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Strain tensorThe strain tensor, ε, is a symmetric tensor used to quantify the strain of an object undergoing a small 3dimensional deformation:
The deformation of an object is defined by a tensor field, i.e., this strain tensor is defined for every point of the object. This field is linked to the field of the stress tensor by the generalized Hooke's law. In case of small deformations, the strain tensor is the Green tensor or Cauchy's infinitesimal strain tensor, defined by the equation: Where u represents the displacement field of the object's configuration (i.e., the difference between the object's configuration and its natural state). This is the 'symmetric part' of the Jacobian matrix. The 'antisymmetric part' is called the small rotation tensor. For large (finite) deformations see Finite Deformation Tensors.
Demonstration in simple casesOnedimensional elongationWhen the [AB] segment, parallel to the x_{1}axis, is deformed to become the [A'B' ] segment, the deformation being also parallel to x_{1}
the ε_{11} strain is (expressed in algebraic length): Considering that
the strain is The series expansion of u_{1} is and thus And in general Pure shear strainLet us now consider a pure shear strain. An ABCD square, where [AB] is parallel to x_{1} and [AD] is parallel to x_{2}, is transformed into an AB'C'D' rhombus, symmetric to the first bisecting line.
The tangent of the γ angle is: for small deformations, and and u_{2}(A) = 0. Thus, Considering now the [AD] segment: and thus where γ_{12} is the engineering strain, which is equal to 2γ. It is interesting to use the average because the formula is still valid when the rhombus rotates; in such a case, there are two different angles and and the formula allows for neglecting the variation of angle due to rigidbody motion (which gives no contribution to the strain). Relative variation of the volumeThe dilatation (the relative variation of the volume) δ = ΔV/V_{0}, is the trace of the tensor: Actually, if we consider a cube with an edge length a, it is a quasicube after the deformation (the variations of the angles do not change the volume) with the dimensions and V_{0} = a^{3}, thus as we consider small deformations, therefore the formula.
In case of pure shear, we can see that there is no change of the volume. Derivation of the strain tensorLet the position of a point in a material be specified by a vector with components x_{i}. Let the point then move a small distance to a new position specified by a vector with components where u_{i} is a vector function of . Let x_{i} + dx_{i} be a point close to x_{i}. After the motion, it will be in a new position given by: Since the u_{i} are small, we may approximate them by the first two terms in their Taylor series where we have used to represent and we have used Einstein notation in which repeated indices in a product are assumed to be summed (i.e. index j in this case). is the Jacobian matrix of the u_{i} function. If we represent the unit matrix by δ_{ij} then the above equation may be written: It is seen that the final term (the displacement matrix) specifies the infinitesimal change in the position (dx'_{i}) of the nearby particle. If the u_{i} are constants, the displacement matrix will be the unit matrix, and the resulting displacement will simply be a rigid translation. Any matrix may be written as the sum of an antisymmetric matrix and a symmetric matrix. Writing the diplacement matrix (in parentheses in the above equation) in this manner yields: The first two terms are the unit matrix and the antisymmetric part of the displacement matrix. These are the first two terms in the Taylor series of a rigid rotation about the translated point x'_{i}. They constitute an infinitesimal rotation and therefore do not represent a deformation of the material. It is the second, symmetric matrix which represents the deformation of the material and this is just the strain tensor : See also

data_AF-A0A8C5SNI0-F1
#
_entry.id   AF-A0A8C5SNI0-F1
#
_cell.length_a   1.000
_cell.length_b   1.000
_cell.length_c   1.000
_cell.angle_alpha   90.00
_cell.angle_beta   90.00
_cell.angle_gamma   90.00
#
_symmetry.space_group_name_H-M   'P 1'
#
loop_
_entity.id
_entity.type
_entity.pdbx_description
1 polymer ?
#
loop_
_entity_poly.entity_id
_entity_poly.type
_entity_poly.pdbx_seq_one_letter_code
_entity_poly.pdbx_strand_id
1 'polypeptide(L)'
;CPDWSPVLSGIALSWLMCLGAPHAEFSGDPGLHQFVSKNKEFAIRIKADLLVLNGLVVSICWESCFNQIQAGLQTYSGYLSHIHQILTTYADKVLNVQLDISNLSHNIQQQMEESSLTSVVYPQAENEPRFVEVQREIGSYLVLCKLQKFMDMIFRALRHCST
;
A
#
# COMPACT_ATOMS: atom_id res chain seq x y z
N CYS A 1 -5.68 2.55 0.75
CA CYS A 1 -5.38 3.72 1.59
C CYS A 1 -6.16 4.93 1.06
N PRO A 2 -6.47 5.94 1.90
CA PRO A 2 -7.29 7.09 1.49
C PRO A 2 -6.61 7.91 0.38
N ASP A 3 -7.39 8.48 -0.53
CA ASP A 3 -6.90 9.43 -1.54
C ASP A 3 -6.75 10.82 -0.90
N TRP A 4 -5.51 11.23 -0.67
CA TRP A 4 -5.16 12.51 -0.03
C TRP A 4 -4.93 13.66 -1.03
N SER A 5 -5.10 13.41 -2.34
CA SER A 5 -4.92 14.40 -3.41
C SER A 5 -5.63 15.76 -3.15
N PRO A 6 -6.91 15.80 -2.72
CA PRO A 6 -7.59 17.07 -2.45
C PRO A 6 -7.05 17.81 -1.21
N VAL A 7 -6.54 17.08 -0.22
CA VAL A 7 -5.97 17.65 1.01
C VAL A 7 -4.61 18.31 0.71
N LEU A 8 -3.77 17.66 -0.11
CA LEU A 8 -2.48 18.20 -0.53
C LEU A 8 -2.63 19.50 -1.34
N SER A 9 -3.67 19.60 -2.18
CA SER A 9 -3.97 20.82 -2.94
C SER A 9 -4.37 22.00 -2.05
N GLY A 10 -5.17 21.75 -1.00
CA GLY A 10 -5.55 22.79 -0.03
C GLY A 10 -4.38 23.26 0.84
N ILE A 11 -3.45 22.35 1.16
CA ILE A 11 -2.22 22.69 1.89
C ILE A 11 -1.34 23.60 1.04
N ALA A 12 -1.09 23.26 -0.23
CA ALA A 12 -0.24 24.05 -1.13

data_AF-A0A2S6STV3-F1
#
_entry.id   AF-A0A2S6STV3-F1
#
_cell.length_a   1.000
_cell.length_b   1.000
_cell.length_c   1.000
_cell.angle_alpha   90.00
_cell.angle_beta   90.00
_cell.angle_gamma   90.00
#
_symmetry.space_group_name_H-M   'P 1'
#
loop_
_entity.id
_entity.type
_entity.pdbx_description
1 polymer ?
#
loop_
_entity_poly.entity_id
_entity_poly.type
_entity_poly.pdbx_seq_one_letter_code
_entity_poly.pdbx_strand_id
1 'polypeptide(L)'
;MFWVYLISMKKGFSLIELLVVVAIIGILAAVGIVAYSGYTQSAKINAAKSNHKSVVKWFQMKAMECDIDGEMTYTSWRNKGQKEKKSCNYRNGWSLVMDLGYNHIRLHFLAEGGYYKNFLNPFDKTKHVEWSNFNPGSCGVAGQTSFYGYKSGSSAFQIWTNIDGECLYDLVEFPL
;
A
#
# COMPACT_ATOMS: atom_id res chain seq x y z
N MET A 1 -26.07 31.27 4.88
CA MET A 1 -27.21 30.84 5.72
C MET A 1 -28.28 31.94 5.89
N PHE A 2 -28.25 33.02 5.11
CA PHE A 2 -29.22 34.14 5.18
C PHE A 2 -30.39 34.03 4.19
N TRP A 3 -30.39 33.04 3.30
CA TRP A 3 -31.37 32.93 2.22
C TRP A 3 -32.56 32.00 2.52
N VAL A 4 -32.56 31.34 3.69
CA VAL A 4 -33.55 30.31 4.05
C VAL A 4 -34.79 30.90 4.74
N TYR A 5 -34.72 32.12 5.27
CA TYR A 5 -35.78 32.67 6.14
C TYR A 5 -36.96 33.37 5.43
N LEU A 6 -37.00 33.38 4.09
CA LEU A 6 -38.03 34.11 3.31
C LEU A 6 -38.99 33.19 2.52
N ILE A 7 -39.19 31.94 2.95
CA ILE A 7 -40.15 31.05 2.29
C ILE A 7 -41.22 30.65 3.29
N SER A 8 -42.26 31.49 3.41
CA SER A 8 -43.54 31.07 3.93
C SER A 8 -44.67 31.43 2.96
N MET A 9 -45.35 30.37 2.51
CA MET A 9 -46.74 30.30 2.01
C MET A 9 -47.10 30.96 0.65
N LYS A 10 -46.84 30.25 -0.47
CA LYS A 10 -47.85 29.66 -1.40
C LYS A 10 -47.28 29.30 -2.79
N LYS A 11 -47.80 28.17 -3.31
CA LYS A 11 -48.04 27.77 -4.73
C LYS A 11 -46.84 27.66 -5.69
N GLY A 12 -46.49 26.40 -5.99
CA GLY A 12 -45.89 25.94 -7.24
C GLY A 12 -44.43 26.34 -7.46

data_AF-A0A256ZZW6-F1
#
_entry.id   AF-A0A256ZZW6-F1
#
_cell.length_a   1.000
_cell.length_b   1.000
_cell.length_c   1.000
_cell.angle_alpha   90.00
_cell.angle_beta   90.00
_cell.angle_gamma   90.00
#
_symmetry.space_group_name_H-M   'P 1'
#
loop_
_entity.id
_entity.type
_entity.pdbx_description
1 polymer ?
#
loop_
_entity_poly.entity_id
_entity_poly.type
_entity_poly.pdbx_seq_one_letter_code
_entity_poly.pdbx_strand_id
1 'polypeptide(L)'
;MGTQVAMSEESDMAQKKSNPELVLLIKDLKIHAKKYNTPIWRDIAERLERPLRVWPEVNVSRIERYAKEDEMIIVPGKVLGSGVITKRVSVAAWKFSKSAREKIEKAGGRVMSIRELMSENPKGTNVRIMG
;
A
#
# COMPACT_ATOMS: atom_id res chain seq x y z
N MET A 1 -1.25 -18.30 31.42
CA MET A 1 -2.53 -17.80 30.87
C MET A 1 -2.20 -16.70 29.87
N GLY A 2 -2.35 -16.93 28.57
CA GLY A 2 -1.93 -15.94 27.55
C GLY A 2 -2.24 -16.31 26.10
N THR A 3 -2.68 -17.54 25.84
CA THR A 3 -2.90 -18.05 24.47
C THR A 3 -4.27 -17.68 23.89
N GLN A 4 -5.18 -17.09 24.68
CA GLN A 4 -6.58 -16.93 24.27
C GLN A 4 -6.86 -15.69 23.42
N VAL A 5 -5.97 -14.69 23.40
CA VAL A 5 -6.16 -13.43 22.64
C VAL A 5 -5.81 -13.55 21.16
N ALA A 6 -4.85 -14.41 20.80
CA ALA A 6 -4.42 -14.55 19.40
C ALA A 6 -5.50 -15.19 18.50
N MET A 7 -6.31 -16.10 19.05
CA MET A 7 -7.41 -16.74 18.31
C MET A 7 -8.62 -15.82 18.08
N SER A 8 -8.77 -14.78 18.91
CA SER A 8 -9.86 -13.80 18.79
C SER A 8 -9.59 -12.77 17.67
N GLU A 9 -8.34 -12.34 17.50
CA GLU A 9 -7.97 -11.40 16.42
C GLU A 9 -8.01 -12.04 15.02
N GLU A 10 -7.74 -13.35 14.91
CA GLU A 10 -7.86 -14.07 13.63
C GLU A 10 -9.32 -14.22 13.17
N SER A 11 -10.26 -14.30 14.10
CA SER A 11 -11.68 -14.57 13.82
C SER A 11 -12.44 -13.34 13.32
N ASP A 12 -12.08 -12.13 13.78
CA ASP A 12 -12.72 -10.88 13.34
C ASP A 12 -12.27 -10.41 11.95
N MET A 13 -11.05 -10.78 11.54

References
Categories: Continuum mechanics  Materials science 

This article is licensed under the GNU Free Documentation License. It uses material from the Wikipedia article "Strain_tensor". A list of authors is available in Wikipedia.